A couple of years ago my good friend and I took our daughters to the Cincinnati Art Museum. Needless to say, our daughters were ready to leave long before we were. I am quite sure that my meanderings seemed aimless to many, but I was seeing and absorbing. I kept returning to an area where the pieces of art were displayed on pedestals. I was drawn to these extraordinary, 3-D works of art, because they were alone, lifted up, and set apart.
After visiting the museum I came home to a renewed vision for my own art. I started perusing ebay and our local indoor peddler's mall for old candle holders—anything that reminded me of a pedestal. I wanted to use them for displaying my sculpted figures.
They haven't just been used for art.
Often we lift people (leaders, ministers, celebrities, parents, friends, teachers, authors, spouses, saints) and put them on these elevated places. You have heard this phrase: “Oh, she has him on a pedestal.” We have raised someone high above others. Glorified and idealized.
In doing this we want and demand more from them. They can do little or no wrong. We expect perfection. We place them in this hazardous place. We contribute to the set-up of a fall.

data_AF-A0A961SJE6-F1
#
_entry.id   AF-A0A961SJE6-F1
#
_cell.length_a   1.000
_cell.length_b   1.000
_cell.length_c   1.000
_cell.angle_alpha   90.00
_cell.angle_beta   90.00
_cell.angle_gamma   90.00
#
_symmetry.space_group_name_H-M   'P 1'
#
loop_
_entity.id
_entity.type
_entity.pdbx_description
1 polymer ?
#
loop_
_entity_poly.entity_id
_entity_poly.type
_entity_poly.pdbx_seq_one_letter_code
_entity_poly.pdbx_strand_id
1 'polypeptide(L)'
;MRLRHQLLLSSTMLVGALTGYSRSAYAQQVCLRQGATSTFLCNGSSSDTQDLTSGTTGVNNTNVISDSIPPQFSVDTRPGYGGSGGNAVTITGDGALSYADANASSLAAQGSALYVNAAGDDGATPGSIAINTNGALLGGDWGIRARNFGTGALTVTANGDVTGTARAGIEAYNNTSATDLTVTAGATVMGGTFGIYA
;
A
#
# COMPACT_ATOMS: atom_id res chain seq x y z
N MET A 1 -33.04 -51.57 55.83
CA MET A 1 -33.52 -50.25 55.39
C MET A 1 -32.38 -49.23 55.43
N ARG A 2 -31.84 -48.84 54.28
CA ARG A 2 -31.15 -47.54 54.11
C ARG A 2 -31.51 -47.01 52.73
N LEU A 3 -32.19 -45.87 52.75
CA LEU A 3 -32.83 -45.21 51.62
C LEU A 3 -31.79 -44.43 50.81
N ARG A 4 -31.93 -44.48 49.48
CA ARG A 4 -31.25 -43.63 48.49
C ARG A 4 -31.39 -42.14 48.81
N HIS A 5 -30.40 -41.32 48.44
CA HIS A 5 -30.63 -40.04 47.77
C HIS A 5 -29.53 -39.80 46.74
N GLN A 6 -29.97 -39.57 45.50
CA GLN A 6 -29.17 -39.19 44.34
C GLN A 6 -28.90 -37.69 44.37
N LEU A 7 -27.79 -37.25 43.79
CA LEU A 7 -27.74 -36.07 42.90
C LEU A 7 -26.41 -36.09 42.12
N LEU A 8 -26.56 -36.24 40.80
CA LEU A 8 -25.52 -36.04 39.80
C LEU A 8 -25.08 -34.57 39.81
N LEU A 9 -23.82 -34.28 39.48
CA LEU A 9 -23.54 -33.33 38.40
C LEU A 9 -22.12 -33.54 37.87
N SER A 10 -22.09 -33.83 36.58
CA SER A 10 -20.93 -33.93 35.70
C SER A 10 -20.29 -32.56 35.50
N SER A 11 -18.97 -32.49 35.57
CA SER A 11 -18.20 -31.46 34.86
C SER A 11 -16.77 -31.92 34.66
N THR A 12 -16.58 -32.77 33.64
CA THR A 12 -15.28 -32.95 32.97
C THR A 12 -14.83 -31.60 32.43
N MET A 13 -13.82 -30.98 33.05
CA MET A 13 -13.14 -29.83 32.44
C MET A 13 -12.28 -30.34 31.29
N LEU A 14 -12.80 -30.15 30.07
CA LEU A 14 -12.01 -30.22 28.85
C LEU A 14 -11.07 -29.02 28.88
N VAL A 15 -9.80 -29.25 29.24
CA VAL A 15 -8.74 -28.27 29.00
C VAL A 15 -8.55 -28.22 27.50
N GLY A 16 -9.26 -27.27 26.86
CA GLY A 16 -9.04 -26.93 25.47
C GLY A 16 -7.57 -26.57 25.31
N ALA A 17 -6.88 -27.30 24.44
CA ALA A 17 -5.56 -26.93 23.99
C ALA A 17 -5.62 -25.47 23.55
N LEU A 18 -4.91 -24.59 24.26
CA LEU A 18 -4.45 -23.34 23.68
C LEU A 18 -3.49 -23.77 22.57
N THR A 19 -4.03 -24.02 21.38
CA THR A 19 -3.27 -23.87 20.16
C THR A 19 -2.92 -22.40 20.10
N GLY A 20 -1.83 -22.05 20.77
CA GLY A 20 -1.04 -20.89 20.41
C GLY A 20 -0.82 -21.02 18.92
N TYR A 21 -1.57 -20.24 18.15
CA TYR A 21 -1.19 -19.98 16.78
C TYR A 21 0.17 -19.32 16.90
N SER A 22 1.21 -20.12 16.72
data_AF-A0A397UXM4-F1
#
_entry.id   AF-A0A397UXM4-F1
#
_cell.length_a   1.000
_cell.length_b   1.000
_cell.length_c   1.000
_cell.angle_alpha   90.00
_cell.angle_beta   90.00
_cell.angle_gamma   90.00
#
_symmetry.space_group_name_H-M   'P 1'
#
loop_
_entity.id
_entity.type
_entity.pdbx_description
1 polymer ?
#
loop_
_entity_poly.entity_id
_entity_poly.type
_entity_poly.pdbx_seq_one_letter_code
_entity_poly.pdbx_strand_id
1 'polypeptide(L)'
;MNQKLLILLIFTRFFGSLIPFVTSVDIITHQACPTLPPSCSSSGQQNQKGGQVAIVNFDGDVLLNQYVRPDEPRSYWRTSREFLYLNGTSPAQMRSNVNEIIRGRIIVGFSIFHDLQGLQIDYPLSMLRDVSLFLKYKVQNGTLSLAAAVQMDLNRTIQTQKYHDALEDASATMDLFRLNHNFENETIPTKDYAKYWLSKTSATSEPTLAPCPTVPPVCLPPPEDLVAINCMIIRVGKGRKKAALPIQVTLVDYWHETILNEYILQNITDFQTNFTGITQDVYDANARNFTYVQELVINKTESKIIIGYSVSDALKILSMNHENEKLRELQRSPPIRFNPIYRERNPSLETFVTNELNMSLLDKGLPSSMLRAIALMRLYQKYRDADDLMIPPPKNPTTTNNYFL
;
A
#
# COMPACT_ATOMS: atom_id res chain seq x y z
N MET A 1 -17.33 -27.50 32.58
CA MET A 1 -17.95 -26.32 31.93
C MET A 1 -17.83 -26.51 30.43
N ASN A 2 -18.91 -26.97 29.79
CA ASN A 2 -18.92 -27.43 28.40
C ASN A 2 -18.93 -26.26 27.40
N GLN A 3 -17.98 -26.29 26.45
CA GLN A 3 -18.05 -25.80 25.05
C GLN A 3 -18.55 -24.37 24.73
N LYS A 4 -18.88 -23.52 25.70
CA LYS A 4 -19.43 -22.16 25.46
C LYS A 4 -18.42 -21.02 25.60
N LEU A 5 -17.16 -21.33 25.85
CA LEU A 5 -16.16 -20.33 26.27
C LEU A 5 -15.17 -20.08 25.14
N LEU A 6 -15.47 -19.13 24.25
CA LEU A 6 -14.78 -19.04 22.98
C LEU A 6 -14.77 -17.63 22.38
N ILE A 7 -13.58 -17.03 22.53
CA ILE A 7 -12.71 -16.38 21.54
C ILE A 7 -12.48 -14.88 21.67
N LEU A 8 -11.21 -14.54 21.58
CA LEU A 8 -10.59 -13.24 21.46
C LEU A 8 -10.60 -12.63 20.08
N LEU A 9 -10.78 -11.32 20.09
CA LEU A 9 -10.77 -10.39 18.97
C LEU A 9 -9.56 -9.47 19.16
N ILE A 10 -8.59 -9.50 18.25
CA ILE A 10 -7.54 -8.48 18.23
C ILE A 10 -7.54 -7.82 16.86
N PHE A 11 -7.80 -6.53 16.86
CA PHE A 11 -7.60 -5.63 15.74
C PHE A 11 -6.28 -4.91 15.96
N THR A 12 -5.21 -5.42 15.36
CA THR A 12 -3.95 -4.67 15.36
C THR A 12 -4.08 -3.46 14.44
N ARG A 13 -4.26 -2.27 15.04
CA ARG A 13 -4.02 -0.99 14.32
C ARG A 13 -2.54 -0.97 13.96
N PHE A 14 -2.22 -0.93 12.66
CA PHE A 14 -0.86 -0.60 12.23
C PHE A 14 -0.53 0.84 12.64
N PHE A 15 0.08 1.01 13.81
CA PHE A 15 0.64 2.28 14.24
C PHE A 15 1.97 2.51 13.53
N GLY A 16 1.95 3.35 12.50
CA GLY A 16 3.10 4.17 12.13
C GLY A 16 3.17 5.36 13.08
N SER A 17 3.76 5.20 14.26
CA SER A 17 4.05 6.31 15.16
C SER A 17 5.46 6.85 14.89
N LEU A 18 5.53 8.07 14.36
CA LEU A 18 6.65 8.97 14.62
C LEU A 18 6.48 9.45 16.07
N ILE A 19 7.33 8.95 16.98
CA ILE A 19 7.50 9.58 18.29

And you have heard: “He was knocked off his pedestal.” There seems to be a sense of diluted glee when you hear this comment. Maybe the person thought too highly of him/herself and fell. Maybe they climbed there through their own efforts with just a boost from us. Regardless, their footing was lost and they skittered or plunged to the bottom.
We forget that often there are rocks and boulders below.
We should not place people on pedestals to be displayed and examined. Our loved and respected ones (and we) cannot absorb the attention and be left unaffected.
People cannot sit on such precarious and precipitous edges. People cannot bear the weight of being alone, lifted up, and set apart. Eventually the lack of oxygen at such heights will cause dizziness and hallucinations.
Pedestal positioning and sitting contributes to:
Dangerous expectations. Delusions of grandeur. Deceptive security.
Be very careful and intentional in how you use a pedestal. This place may seem like an honor. It may seem like a place of respect and admiration. There is a chance that it might be interpreted as a high compliment. But in reality it is a temporary, holding place until the next piece of art grabs our attention.
There is only One who can sit comfortably in this place and have no fear of falling. Only One who is undaunted and unmoved by the height, by the exaltation, by the weight. Only he can absorb the attention and not be affected. Only he can be alone, lifted up, and set apart and remain the same.
Use the pedestals for him.